Department of Earth, Ocean and Ecological Science Events
Friday 9th March
Start time: 1:00pm
Venue: Jane Herdman Lecture Theatre
Tracing fluid transfer across subduction zones using iron and zinc stable isotopes
This study involved targeting samples from Western Alps ophiolite complexes, interpreted as remnants of serpentinized oceanic lithosphere metamorphosed and devolatilized during subduction. A striking negative correlation is present between bulk serpentinite Fe isotope composition and proportion of ferric iron, with the highest grade samples displaying the heaviest Fe isotope compositions and proportion of oxidised iron. The same samples also display a corresponding variation in Zn isotopes, with the highest grade samples displaying isotopically light compositions. The negative correlation between Fe and Zn isotopes and decrease in ferric iron content can explained by serpentinite sulfide breakdown and the release of fluids enriched in isotopically light Fe and heavy Zn sulphate complexes. The migration of these highly oxidizing sulfate-bearing fluids from the slab to the slab-mantle interface or mantle wedge has important implications for the redox evolution of the sub-arc mantle and the transport of metals from the subducting slab.
Dr Helen Williams, University of Cambridge
Thursday 15th March
Start time: 4:00pm
Venue: Brodie Tower, Room 106
Eco-engineering of the Grey: making space for nature in artificial shorelines
Coastal defence structures are proliferating as a result of rising sea levels and stormier seas. With the realisation that most coastal infrastructure cannot be lost or removed, research is required into ways that coastal defence structures can be built to meet engineering requirements, whilst also providing relevant ecosystem services - ecological engineering. This approach requires an understanding of the types of assemblages and their functional roles that are desirable and feasible in these novel ecosystems. I summarise research carried out by myself and the wider team on eco-engineering and I outline guidelines and recommendations to provide multiple ecosystem services while maintaining engineering efficacy. This work demonstrated that simple enhancement methods can be cost-effective measures to manage local biodiversity. Care is required, however, in the wholesale implementation of these recommendations without full consideration of the desired effects and overall management goals.
Dr Louise Firth, University of Plymouth
Thursday 19th April
Start time: 4:00pm
Venue: Brodie Tower, Room 106
Predicting invasive species impact: old challenges and new approaches
Invasion biology has faced a number of challenges concerning the impacts of invasive alien species. One such challenge is the development of predictive methodologies that can reliably forecast the ecological impacts of existing, emerging and potential invasive species. These challenges need to be addressed to advance both the fundamental science of invasion ecology and provide practical methodologies that can mitigate invasions. Consequently, the comparison of the classical ‘functional response’ (relationship between resource use and availability) between invasive and trophically analogous native species may allow prediction of invader ecological impact. Indeed it has now been shown that a range of damaging invasive species have consistently higher functional responses than comparator native species. Importantly is has been shown that such heightened responses correlate to a high degree with known field impacts. Ecological impact of new and emerging invaders may therefore be predicted by the magnitude of difference in such functional responses. This seminar will review the work to date, demonstrating how comparisons between invasive and native species allow for testing of the likely population-level outcomes of invasion events for affected species across a broad range of aquatic systems.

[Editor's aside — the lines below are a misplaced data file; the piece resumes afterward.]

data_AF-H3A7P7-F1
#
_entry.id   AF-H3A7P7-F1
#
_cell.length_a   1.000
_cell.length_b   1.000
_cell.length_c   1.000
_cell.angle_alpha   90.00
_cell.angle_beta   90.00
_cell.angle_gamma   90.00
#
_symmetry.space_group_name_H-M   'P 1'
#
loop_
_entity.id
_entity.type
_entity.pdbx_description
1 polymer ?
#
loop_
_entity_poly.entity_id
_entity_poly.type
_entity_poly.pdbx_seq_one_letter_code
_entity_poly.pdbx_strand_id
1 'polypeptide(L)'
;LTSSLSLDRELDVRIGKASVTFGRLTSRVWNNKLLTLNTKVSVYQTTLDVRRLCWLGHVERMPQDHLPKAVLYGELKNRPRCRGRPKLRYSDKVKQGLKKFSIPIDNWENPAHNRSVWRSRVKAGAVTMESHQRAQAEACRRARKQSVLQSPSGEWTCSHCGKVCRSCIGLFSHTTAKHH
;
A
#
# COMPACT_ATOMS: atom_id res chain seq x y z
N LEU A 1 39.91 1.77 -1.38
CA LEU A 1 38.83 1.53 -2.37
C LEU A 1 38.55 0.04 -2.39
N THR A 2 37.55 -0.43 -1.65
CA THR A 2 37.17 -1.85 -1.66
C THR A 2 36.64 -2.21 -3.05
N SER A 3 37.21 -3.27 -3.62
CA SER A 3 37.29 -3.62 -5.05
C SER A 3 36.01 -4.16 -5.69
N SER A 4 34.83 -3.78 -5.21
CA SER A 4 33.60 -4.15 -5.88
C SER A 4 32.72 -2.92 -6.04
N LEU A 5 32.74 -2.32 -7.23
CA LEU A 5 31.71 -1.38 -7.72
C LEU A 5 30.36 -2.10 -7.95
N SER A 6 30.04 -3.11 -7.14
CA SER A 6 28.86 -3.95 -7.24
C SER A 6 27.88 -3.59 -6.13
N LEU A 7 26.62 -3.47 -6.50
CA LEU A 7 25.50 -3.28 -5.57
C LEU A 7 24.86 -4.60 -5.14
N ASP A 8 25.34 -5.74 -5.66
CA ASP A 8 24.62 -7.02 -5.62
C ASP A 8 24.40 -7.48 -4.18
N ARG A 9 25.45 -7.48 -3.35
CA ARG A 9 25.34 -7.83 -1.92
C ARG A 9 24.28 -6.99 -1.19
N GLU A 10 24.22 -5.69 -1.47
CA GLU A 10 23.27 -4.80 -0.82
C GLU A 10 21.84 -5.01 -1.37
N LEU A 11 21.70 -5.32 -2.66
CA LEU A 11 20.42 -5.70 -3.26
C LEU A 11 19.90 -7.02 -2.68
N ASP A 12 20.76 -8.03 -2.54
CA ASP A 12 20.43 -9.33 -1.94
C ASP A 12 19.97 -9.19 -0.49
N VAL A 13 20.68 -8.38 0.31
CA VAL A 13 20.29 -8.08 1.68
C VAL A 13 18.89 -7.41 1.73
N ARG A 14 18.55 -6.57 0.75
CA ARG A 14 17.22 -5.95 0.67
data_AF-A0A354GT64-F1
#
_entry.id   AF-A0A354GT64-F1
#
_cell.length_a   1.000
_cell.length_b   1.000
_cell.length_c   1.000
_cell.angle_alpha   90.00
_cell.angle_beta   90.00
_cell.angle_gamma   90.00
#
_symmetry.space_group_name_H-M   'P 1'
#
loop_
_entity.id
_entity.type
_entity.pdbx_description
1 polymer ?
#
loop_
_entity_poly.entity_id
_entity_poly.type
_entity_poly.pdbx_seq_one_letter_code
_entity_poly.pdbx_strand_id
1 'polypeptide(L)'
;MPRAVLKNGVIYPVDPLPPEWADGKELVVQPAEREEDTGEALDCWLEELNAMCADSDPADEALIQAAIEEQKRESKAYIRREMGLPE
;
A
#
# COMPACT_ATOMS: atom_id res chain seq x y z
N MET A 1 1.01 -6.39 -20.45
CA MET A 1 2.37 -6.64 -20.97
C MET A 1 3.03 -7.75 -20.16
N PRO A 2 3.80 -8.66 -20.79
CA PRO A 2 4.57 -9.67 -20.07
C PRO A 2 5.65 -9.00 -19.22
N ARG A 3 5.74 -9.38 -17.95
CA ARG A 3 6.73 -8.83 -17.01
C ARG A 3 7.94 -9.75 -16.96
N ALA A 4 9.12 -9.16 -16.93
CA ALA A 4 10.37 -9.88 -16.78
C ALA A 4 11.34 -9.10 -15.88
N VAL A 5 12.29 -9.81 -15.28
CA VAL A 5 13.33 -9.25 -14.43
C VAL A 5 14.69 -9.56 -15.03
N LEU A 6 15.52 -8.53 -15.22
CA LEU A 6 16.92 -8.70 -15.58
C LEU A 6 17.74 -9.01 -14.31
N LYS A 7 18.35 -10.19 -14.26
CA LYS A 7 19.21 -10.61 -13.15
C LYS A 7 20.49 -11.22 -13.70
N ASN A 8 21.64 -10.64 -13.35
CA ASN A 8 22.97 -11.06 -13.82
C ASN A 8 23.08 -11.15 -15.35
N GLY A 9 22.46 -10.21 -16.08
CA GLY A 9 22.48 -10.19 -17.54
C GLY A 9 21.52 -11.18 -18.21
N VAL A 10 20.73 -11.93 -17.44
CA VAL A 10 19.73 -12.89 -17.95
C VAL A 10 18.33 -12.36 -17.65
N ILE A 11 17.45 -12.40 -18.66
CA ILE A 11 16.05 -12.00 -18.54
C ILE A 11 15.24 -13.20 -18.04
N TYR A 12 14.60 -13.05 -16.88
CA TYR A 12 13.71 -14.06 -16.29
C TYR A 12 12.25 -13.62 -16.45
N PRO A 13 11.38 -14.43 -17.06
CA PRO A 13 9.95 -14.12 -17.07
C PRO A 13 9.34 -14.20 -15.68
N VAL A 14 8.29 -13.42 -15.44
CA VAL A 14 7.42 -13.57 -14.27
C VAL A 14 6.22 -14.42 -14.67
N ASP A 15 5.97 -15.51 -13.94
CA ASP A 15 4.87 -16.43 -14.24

Dr Mhairi Alexander, University of West Scotland
Department of Geography and Planning Events
**Reschedule** DATE TBC
The first Geographer-Planners: who were they and what difference did they make?
Early planners, if they held any formal qualification, were likely to be architects, surveyors or engineers. Before World War 2 there was little appreciation of what part the social sciences, including geography, could play. To increase the output of high calibre planners, the Schuster Committee recommended the opening up of planning education to a wider range of graduates including social scientists. Its recommendations were heavily influenced by developments at Liverpool University where a new form of postgraduate planning degree was being introduced. At Liverpool, from the early 1950s onwards, strong links were built between the geography and planning departments. In this lecture the focus is on those early geographer-planners. Who were they? What influence did they have on planning practice? How readily were they assimilated as members of the planning team? In what ways did they use their geographical skills? What differences are there between a geographer and geographer-planner?
Prof. Peter Batey
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